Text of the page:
Davis went to Hospital from the Field on 2 September 1918, sick, and was admitted to No. 29 Casualty Clearing Station and admitted to No. 47 General Hospital the next day. On 3 September 1918 he had been wounded for a second time – gunshot wound to the elbow. He embarked per Hospital Ship for England on 11 September. There he was admitted to the No. 1 New Zealand General Hospital at Brockenhurst on 13 September and transferred from Brockenhurst to the Convalescent Hospital at Hornchurch on 4 October. His name appeared in the casualty list issued on 17 September 1917. Leaving Hornchurch on 9 November 1918, he was to report at Codford on 25 November. Attached to the Dept in October, he marched out to Sling in December 1918.
Lance Corporal Archie Davis arrived back in New Zealand in January 1919 per the “Briton”, having embarked at Plymouth on 24 December 1918. A Provisional Medical Board assembled on the troopship on 29 January 1919 recommended demobilization. He was discharged on 26 February 1919, on the termination of his period of engagement. He had served for over three years in Egypt and France, and was awarded the 1914-1915 Star, the British War Medal and the Victory Medal. When the 1914-1915 Star was issued it was returned unclaimed on 17 October 1920, though it may have been claimed at an amended address.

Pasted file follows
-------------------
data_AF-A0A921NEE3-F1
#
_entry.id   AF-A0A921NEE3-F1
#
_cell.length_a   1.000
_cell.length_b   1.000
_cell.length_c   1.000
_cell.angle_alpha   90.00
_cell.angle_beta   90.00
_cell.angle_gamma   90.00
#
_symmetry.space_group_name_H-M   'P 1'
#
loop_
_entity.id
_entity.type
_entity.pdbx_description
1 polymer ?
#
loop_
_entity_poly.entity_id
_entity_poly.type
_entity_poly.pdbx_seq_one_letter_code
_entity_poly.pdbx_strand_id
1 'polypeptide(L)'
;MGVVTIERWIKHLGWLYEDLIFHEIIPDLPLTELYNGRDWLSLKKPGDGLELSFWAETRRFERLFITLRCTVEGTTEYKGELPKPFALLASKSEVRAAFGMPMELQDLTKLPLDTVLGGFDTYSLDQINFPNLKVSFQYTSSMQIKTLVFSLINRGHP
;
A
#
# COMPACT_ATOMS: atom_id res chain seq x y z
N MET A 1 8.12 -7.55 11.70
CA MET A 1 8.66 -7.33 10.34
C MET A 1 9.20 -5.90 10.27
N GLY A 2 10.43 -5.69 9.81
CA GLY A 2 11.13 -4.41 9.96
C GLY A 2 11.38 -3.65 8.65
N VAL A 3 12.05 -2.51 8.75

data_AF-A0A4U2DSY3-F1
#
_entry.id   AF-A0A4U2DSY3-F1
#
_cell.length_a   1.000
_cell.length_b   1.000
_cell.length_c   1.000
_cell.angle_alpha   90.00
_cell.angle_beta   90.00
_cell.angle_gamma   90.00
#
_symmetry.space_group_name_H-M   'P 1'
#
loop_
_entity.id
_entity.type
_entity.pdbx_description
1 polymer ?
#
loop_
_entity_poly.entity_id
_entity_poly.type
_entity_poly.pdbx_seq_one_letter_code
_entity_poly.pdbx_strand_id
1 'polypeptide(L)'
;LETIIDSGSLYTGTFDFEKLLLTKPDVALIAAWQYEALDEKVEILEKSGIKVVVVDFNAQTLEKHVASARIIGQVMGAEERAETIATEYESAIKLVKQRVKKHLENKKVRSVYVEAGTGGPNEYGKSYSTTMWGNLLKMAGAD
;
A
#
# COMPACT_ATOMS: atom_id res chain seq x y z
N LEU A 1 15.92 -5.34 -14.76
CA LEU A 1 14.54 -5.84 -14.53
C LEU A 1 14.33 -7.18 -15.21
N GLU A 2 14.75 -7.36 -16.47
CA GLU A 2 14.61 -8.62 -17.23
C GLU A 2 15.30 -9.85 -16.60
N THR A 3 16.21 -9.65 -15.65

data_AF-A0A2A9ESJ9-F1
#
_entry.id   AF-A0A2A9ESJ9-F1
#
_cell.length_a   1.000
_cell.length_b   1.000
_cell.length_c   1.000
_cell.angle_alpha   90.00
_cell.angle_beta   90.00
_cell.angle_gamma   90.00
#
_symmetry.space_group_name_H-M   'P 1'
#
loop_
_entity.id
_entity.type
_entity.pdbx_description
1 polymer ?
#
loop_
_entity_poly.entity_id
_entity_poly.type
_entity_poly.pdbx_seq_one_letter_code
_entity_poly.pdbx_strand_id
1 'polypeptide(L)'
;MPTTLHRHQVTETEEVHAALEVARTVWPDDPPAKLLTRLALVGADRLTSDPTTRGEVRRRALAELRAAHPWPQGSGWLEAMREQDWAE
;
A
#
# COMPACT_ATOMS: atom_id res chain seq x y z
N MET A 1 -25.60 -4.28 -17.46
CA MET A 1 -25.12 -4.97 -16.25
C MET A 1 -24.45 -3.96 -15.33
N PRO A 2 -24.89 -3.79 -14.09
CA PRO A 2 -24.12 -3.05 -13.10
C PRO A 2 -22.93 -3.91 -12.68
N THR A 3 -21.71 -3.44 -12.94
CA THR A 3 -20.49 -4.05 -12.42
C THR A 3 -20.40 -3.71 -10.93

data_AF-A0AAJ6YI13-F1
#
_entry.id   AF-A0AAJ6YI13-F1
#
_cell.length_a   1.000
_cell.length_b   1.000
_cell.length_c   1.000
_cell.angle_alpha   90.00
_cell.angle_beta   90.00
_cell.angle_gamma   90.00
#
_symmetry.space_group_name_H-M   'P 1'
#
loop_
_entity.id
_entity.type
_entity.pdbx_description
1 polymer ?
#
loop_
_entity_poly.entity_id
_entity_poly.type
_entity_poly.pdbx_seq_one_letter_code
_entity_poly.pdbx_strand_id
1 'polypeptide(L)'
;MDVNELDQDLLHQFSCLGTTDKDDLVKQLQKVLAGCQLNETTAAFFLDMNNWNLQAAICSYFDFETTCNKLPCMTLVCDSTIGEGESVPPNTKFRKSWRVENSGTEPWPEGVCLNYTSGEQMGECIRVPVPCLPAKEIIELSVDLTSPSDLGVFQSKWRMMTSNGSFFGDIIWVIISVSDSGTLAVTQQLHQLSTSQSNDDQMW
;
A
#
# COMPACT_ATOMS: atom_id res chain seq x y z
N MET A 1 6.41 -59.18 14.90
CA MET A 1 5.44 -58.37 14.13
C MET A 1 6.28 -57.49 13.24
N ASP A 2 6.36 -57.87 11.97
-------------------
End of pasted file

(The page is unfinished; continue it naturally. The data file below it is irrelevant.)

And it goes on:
Archie Davis married Amy Dellow in 1920. Their only child, Donald Graham Davis, was born that same year. Archie and Ammy live for many years at Ashburton. Archie’s father, John Davis, died suddenly on 25 November 1927 at Ashburton, and was buried there. John who had lived at Westerfield in retirement, collapsed and died while walking on the lawn in East Street, having spent the night before with Archie at his Ashburton residence. In the 1930s they moved to Geraldine where Archie took up boot repairing. Their son, Donald Graham Davis, married Jane Pamela Bragg in 1941. He was a postmaster at various locations in the south, including Halfmoon Bay.